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  • John Philip Sousa, “The Menace of Mechanical Music,” 1906, at ExplorePAhistory.com. Pull-quote: “The host of mechanical reproducing machines, in their mad desire to supply music for all occasions, are offering to supplant the illustrator in the class room, the dance orchestra, the home and public singers and players, and so on. Evidently they believe no field too large for their incursions, no claim too extravagant. But the further they can justify those claims, the more noxious the whole system becomes.” He was arguing against the player piano, the phonograph, everything. The original was published in the (very) late Appleton’s Magazine, Vol. 8 (1906).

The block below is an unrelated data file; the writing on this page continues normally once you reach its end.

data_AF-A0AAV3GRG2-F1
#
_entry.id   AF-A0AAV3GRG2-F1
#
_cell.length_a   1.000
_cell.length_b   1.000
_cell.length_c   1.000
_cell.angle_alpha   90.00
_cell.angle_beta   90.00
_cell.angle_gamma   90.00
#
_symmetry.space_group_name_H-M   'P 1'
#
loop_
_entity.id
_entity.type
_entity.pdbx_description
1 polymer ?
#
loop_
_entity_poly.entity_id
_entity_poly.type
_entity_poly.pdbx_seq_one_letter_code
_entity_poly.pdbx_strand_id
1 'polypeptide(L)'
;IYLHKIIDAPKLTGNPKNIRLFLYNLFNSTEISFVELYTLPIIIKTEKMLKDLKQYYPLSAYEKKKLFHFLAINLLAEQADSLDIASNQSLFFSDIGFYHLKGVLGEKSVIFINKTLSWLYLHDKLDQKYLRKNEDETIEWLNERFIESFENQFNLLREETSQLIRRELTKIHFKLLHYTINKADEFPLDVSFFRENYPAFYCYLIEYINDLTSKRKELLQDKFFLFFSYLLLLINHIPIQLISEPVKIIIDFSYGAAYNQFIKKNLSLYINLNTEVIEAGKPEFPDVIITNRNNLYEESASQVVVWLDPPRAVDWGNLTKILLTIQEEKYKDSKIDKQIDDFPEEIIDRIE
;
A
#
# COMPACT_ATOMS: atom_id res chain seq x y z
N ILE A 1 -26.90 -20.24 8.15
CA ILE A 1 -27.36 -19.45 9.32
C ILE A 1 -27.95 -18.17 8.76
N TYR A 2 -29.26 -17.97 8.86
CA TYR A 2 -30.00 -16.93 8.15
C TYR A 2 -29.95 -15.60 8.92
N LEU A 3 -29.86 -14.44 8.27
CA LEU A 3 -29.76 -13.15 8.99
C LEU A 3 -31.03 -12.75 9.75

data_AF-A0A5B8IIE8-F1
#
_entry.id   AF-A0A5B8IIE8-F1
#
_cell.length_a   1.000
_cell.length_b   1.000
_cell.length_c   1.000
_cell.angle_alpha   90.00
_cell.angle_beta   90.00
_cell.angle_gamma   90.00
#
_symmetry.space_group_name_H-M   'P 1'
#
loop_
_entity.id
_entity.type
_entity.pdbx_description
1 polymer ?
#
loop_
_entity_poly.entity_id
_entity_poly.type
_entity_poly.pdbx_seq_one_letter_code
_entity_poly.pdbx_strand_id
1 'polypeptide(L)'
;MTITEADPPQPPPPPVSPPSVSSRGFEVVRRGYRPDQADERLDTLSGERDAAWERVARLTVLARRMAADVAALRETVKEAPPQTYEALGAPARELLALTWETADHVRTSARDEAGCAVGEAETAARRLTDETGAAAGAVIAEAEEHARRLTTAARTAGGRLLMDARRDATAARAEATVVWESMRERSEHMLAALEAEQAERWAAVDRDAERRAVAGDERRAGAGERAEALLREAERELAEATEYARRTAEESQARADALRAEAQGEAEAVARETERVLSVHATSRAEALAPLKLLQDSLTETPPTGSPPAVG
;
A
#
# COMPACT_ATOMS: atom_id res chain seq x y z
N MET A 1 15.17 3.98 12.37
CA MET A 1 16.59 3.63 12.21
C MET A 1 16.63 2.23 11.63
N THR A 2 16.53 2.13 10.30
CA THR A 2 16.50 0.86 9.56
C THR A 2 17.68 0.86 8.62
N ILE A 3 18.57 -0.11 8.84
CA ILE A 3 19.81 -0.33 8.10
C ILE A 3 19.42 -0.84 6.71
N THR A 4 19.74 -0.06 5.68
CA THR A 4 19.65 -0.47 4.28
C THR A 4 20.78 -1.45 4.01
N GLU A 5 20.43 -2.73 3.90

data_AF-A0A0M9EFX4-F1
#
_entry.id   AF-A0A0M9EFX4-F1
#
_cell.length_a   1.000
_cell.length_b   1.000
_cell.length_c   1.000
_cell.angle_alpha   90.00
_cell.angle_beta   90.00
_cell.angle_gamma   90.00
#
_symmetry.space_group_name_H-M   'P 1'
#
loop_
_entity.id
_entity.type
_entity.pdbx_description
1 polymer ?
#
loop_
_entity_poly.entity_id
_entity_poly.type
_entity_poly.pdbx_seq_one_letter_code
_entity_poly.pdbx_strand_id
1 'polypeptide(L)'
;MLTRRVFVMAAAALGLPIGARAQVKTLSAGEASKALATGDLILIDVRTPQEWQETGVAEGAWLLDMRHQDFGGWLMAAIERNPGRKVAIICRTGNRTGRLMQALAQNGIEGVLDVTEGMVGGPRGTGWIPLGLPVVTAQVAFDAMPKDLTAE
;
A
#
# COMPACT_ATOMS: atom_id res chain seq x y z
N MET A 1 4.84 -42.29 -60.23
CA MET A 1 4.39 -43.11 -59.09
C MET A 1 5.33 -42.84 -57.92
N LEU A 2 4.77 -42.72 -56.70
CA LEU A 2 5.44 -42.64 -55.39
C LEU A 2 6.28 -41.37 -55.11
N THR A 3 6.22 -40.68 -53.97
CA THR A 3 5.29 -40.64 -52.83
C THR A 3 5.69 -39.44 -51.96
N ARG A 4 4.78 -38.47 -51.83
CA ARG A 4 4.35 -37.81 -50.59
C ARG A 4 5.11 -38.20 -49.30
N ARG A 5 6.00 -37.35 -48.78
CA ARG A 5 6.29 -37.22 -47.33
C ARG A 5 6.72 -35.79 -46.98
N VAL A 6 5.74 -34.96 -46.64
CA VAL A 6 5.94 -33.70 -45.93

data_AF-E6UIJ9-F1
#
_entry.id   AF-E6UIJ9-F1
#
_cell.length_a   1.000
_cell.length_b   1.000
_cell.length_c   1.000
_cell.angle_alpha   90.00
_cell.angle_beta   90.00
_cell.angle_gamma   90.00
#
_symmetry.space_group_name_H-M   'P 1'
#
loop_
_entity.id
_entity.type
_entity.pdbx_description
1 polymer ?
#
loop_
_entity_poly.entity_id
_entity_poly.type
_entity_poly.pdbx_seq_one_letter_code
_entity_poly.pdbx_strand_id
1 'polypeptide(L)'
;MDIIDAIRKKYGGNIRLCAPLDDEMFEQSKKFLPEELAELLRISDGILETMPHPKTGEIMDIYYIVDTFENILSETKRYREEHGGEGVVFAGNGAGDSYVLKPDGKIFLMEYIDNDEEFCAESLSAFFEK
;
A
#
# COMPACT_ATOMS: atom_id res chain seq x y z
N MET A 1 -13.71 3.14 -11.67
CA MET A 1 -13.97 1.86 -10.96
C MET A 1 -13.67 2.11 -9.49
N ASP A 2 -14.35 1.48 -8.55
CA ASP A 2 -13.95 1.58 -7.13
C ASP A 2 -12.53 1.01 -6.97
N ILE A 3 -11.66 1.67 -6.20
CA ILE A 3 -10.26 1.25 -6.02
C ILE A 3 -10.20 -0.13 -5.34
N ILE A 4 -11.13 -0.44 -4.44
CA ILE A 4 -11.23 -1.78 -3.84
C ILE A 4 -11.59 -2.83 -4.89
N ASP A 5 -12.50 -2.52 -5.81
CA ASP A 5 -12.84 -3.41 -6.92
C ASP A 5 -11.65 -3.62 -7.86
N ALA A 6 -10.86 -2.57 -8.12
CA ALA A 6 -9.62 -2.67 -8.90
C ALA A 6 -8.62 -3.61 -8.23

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2 comments

  1. Esme Vos’s avatar

    Kurt Vonnegut’s first novel, Player Piano, published in the early 1950s, showed a world in which engineers and technocrats — not artists and humanists — called the shots. Vonnegut also foresaw the election of an American president who was nothing more than a talking head, a good-looking actor with good hair. Few people have read Player Piano for me, it’s one of the most memorable Vonnegut novels.

  2. Doc Searls’s avatar

    Hi Esme. I love Player Piano, which was hugely ahead of its time. Vonnegut was one of the Great Ones, and perhaps the greatest of them all, because he lived deeply what he wrote about, even if the fiction was fantastical.

    Player Piano was composed when Vonnegut worked in the bowels of General Electric. Slaughterhouse Five came out of his experience as a prisoner of war in a city his country destroyed. The list goes on.

    We miss him. And we need him too.

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